Scientists Map the Scent of Fear in the Brain

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The olfactory system (sense of smell) in mammals has many functions, from mating to fighting, but it is particularly important in their ability to detect danger and escape it. The smell of a predator’s urine triggers stress hormones in mice, preparing them to flee, but researchers at the Fred Hutchinson Cancer Research Center (FredHutch) wanted to know how these volatile predator odors are translated from the nose to the brains of mice to trigger this instinctive fear response.

They discovered a very specific, tiny area of the olfactory cortex is key. While humans don’t respond in the same instinctive way to predator odors, researchers see similarities in the human and mouse responses to fear and stress, as in disorders like PTSD, and hope the research could lead to development of therapeutics. Their results were published in the journal Nature. 

One of the lead researchers, neurobiologist Linda Buck, a Nobel Prize winner for her discovery of odorant receptors and organization of the olfactory system, tells mental_floss, “There are two arms of the instinctive fear response in mice: behavioral—so animals will freeze in place if they can’t escape—and hormonal. In [the hormonal] arm, the detection of predator odor stimulates an increase in stress hormones in the blood, which increase blood pressure, heart rate and blood glucose, to help prepare the body for escape.”

The researchers wanted to know how predator odors are detected and which receptors were involved in triggering an instinctive response. They began with the neurons that cause the rise in stress hormones: corticotropin-releasing hormone neurons, or CRH. 

First author on the study Kunio Kondoh, a postdoctoral research fellow at FredHutch, "spent several years developing new viruses we could use to infect CRH neurons and then chart neural pathways in reverse,” says Buck. In this technique, known as viral neuronal tracing, the virus infects neurons and hops from neuron to neuron across the cell synapses, leaving a visible trail in the infected neurons—and effectively charting a path to the source.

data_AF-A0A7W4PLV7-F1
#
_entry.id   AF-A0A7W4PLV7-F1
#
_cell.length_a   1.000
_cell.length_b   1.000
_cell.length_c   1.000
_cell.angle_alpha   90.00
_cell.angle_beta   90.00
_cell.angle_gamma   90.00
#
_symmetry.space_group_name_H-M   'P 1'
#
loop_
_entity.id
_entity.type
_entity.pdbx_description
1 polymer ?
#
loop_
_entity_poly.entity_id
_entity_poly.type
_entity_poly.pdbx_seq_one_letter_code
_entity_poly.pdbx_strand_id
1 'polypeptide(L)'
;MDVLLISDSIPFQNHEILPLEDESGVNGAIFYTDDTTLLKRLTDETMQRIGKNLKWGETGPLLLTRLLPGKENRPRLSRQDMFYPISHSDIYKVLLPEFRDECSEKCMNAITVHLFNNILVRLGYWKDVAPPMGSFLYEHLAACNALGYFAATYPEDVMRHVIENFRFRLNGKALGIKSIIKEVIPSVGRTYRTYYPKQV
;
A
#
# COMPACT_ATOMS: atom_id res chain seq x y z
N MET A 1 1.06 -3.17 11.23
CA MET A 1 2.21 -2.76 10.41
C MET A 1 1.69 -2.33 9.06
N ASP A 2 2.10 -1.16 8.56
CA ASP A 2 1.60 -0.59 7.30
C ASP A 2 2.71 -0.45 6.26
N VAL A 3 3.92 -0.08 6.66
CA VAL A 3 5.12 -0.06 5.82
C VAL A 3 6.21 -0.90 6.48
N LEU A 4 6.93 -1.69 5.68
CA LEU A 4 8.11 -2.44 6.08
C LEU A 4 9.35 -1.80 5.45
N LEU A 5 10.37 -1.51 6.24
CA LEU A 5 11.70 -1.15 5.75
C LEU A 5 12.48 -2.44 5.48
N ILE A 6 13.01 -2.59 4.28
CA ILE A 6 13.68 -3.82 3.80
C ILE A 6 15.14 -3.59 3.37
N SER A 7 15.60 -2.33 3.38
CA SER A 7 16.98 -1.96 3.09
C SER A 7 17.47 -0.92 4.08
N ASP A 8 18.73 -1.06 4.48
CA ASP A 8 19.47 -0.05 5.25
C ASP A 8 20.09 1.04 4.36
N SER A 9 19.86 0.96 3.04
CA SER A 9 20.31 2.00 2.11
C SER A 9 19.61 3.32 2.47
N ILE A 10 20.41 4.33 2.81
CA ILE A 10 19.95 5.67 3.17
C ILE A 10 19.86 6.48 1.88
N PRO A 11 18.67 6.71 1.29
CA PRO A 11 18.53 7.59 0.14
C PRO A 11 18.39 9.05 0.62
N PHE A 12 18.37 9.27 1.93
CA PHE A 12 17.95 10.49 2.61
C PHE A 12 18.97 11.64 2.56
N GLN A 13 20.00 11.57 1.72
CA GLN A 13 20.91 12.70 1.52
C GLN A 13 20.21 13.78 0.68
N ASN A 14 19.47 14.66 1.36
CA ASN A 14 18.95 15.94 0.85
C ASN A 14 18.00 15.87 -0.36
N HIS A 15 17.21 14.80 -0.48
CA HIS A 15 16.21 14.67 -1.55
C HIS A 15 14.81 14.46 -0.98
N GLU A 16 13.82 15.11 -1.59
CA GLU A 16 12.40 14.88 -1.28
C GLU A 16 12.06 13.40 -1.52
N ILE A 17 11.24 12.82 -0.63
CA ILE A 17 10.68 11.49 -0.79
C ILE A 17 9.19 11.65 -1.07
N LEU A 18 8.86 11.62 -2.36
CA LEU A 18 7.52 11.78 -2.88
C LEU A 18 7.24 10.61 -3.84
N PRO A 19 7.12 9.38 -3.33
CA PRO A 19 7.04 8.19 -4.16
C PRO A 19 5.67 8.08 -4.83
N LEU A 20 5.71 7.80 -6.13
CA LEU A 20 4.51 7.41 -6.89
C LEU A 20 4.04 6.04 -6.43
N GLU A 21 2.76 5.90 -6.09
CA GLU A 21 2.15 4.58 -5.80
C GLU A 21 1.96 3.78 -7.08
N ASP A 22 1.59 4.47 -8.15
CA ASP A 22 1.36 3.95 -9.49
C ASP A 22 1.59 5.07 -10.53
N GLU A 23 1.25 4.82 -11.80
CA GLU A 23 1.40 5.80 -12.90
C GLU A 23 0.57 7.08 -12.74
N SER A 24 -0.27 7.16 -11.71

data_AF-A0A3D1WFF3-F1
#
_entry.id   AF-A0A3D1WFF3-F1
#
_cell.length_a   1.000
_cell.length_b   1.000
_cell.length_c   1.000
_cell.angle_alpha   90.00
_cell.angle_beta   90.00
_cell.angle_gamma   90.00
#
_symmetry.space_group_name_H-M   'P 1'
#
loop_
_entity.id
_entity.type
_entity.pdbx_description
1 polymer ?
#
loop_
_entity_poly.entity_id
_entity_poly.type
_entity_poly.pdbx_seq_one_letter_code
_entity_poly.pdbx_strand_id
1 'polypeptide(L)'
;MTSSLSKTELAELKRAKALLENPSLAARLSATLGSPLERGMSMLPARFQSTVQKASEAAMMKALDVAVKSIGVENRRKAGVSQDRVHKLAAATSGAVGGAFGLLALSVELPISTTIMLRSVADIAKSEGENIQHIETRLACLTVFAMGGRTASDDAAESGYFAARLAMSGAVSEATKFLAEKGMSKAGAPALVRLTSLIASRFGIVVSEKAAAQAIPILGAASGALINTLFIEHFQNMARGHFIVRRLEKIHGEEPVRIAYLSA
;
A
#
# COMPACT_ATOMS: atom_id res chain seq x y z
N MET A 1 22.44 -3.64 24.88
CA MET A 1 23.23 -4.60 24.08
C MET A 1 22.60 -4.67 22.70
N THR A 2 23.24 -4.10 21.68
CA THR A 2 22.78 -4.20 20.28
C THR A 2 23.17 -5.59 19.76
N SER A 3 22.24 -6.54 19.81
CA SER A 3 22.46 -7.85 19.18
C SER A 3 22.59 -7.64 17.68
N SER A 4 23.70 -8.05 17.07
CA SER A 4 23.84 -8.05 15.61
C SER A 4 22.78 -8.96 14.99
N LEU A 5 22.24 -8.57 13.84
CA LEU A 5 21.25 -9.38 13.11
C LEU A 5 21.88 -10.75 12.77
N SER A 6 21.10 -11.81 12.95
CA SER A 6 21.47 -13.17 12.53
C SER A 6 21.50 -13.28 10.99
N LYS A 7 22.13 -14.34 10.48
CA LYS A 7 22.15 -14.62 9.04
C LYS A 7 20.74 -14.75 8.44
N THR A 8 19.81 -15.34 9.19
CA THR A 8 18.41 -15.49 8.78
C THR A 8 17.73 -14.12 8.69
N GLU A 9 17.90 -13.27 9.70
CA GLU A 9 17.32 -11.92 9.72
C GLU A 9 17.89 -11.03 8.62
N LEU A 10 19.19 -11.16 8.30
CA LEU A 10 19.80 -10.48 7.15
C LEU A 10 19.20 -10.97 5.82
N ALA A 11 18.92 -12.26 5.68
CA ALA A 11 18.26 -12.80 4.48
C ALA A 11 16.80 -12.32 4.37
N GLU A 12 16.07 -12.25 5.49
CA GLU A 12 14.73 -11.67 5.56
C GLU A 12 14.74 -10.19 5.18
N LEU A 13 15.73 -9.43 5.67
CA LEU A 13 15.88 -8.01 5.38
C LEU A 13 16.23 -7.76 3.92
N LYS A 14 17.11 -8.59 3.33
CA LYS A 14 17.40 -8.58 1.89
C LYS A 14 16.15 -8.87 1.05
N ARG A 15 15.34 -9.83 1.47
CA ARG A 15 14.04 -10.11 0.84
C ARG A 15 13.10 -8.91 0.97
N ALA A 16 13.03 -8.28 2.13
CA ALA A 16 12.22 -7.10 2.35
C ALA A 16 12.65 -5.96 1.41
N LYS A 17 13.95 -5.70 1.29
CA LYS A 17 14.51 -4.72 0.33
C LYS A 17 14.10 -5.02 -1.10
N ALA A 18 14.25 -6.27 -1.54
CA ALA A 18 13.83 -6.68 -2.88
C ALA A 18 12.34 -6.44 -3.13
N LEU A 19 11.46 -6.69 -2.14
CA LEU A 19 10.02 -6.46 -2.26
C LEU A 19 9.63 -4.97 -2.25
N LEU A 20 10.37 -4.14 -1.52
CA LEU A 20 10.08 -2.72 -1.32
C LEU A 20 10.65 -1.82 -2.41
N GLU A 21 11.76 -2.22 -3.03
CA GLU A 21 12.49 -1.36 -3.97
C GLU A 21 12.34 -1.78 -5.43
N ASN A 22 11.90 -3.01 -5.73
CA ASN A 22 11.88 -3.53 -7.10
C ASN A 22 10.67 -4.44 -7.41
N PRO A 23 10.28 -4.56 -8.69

For the current study, by using viral neuronal tracing the researchers "found that volatile predator odors significantly activated neurons in only one tiny area of the olfactory cortex. We were really surprised, because the area was so small; it occupies less than 5 percent of the entire olfactory cortex, and nothing was reported or known about it before,” she says.

This area is called the amygdalo-piriform transition area, or AmPir, and it sits right beside the amygdala, a part of the brain involved in emotional regulation in animals and humans.

They next tested the responsiveness of the AmPir by directly stimulating the neurons. The result was an increase in blood levels of the CRH stress hormones, which confirmed that the AmPir can induce a stress response, says Buck.

They found they could dampen the stress response as well. “When we silenced the neurons, it dramatically reduced the ability of predator odors to cause an increase of blood levels of stress hormones," Buck says. "We were amazed. This indicates AmPir plays a major role in stress hormone response.”

CRH and other stress hormones play a role in human disorders like PTSD and depression, and Buck feels that this research may help them explore the biological basis for those disorders. “A lot of these basic functions: fear, appetite, sleep, are evolutionarily conserved in mammals, including humans, so I’ve always been interested in understanding the basic biology of the nervous system with an eye to uncovering information in genes and neural circuits that would be useful for the development of therapeutics that could be used in humans."